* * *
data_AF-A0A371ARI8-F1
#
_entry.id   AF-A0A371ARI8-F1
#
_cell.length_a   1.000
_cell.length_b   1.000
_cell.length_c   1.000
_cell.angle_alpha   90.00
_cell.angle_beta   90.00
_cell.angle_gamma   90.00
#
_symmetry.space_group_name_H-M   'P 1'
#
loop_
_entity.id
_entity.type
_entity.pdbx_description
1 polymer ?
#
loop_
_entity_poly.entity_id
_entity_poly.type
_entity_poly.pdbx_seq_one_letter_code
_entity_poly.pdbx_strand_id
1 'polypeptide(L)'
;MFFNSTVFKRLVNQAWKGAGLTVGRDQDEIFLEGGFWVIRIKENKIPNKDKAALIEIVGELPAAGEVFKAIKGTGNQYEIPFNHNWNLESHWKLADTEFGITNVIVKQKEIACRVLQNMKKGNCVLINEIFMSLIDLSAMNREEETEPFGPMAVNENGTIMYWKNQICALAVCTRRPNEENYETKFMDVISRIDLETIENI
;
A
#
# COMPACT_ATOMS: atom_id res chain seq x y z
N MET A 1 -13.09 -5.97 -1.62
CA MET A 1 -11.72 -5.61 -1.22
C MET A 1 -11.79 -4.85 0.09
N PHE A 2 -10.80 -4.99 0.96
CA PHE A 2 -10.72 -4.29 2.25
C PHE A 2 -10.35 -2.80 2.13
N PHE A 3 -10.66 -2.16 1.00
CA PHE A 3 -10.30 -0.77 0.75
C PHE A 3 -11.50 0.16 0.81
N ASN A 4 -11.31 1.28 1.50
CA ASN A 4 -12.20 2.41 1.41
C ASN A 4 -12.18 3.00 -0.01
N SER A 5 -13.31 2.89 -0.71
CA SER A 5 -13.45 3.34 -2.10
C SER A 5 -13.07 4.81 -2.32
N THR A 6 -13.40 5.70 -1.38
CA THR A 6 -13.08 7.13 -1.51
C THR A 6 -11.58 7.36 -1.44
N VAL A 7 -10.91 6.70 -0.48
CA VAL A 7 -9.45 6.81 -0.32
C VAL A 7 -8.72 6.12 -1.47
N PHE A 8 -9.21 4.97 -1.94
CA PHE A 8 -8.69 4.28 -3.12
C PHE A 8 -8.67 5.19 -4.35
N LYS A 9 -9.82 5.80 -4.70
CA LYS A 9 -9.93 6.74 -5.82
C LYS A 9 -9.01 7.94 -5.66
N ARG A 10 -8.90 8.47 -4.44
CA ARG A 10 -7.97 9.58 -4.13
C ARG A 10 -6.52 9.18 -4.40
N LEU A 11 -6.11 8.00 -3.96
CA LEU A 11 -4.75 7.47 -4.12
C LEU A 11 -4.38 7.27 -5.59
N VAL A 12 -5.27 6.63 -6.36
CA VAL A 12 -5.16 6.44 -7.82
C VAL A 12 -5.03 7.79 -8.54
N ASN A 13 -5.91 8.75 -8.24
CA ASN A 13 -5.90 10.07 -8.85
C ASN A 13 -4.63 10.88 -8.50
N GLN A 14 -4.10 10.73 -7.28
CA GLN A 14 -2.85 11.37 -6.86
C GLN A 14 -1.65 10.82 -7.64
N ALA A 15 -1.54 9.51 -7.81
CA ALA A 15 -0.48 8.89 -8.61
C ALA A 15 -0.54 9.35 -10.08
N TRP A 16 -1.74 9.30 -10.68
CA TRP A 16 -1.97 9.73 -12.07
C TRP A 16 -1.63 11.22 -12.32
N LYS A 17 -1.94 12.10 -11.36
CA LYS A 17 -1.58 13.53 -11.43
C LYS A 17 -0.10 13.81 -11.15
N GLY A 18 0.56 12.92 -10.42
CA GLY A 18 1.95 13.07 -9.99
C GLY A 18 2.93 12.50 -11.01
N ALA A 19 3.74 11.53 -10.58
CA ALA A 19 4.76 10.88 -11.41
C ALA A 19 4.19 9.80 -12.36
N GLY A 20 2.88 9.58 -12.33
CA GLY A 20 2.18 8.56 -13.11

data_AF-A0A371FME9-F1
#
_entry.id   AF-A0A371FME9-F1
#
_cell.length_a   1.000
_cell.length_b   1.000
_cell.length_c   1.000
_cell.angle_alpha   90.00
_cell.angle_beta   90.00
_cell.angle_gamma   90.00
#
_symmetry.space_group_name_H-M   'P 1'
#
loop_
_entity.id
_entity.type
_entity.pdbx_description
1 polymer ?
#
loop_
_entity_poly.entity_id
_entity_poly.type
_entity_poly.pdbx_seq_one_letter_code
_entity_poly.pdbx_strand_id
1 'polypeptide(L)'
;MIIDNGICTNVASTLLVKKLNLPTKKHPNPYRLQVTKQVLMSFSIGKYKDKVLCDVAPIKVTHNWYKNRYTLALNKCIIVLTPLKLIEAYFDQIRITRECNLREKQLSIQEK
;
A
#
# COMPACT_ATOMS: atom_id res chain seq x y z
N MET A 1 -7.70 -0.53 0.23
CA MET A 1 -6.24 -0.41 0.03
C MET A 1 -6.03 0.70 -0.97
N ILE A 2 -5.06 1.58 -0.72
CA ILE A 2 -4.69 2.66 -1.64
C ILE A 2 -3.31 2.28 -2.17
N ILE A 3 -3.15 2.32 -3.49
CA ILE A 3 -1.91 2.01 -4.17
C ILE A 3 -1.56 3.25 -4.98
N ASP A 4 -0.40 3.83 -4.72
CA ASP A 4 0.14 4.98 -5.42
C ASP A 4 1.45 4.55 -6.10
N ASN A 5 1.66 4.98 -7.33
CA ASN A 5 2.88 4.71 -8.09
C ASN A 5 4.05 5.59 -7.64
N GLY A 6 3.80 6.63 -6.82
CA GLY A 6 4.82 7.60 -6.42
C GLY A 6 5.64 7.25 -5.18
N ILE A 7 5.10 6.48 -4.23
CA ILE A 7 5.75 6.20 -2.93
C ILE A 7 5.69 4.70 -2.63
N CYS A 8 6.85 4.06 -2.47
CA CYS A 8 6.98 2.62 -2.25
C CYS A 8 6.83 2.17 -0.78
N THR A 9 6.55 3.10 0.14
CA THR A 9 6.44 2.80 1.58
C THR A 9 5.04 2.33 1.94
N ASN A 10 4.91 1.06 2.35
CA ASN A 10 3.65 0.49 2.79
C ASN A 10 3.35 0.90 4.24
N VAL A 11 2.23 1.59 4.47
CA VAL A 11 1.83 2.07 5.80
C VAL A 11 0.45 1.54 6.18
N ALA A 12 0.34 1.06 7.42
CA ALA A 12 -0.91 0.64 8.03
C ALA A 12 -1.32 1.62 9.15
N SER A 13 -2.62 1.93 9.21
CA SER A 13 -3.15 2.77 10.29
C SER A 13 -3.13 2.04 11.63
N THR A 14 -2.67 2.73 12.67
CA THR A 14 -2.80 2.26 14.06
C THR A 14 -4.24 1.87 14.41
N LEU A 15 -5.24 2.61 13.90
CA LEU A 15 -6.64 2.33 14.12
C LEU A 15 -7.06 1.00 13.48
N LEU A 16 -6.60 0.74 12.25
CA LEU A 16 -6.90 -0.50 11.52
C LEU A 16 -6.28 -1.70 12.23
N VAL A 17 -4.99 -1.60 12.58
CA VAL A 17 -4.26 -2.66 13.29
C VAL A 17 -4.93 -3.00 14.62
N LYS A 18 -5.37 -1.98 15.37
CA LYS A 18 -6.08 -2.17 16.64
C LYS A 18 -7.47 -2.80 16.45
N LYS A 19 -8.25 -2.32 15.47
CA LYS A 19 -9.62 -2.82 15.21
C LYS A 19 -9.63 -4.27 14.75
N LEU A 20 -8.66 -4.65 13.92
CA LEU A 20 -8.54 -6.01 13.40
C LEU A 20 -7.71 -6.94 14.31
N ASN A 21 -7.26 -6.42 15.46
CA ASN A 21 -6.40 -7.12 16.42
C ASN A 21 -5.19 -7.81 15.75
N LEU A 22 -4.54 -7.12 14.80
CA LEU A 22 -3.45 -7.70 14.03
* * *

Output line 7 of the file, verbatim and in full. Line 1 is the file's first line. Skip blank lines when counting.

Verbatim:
_cell.length_c   1.000